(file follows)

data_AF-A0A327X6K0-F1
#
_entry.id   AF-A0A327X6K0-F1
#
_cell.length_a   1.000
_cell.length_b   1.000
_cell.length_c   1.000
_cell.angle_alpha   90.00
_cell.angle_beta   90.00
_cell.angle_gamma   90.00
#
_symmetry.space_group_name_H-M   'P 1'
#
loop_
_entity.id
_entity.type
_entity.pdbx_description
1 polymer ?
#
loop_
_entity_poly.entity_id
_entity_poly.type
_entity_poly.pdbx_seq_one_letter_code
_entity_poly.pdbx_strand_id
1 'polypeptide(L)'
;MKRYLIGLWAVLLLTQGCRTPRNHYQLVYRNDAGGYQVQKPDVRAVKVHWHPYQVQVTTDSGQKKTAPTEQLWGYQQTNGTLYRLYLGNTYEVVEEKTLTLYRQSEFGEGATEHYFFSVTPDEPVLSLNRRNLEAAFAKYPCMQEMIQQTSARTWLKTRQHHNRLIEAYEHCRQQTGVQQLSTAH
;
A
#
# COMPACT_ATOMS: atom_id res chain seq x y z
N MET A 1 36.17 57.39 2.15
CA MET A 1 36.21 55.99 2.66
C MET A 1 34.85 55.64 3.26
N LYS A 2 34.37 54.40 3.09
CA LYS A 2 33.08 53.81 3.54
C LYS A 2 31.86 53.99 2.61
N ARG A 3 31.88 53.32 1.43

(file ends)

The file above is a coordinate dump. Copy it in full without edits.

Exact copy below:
data_AF-A0A327X6K0-F1
#
_entry.id   AF-A0A327X6K0-F1
#
_cell.length_a   1.000
_cell.length_b   1.000
_cell.length_c   1.000
_cell.angle_alpha   90.00
_cell.angle_beta   90.00
_cell.angle_gamma   90.00
#
_symmetry.space_group_name_H-M   'P 1'
#
loop_
_entity.id
_entity.type
_entity.pdbx_description
1 polymer ?
#
loop_
_entity_poly.entity_id
_entity_poly.type
_entity_poly.pdbx_seq_one_letter_code
_entity_poly.pdbx_strand_id
1 'polypeptide(L)'
;MKRYLIGLWAVLLLTQGCRTPRNHYQLVYRNDAGGYQVQKPDVRAVKVHWHPYQVQVTTDSGQKKTAPTEQLWGYQQTNGTLYRLYLGNTYEVVEEKTLTLYRQSEFGEGATEHYFFSVTPDEPVLSLNRRNLEAAFAKYPCMQEMIQQTSARTWLKTRQHHNRLIEAYEHCRQQTGVQQLSTAH
;
A
#
# COMPACT_ATOMS: atom_id res chain seq x y z
N MET A 1 36.17 57.39 2.15
CA MET A 1 36.21 55.99 2.66
C MET A 1 34.85 55.64 3.26
N LYS A 2 34.37 54.40 3.09
CA LYS A 2 33.08 53.81 3.54
C LYS A 2 31.86 53.99 2.61
N ARG A 3 31.88 53.32 1.43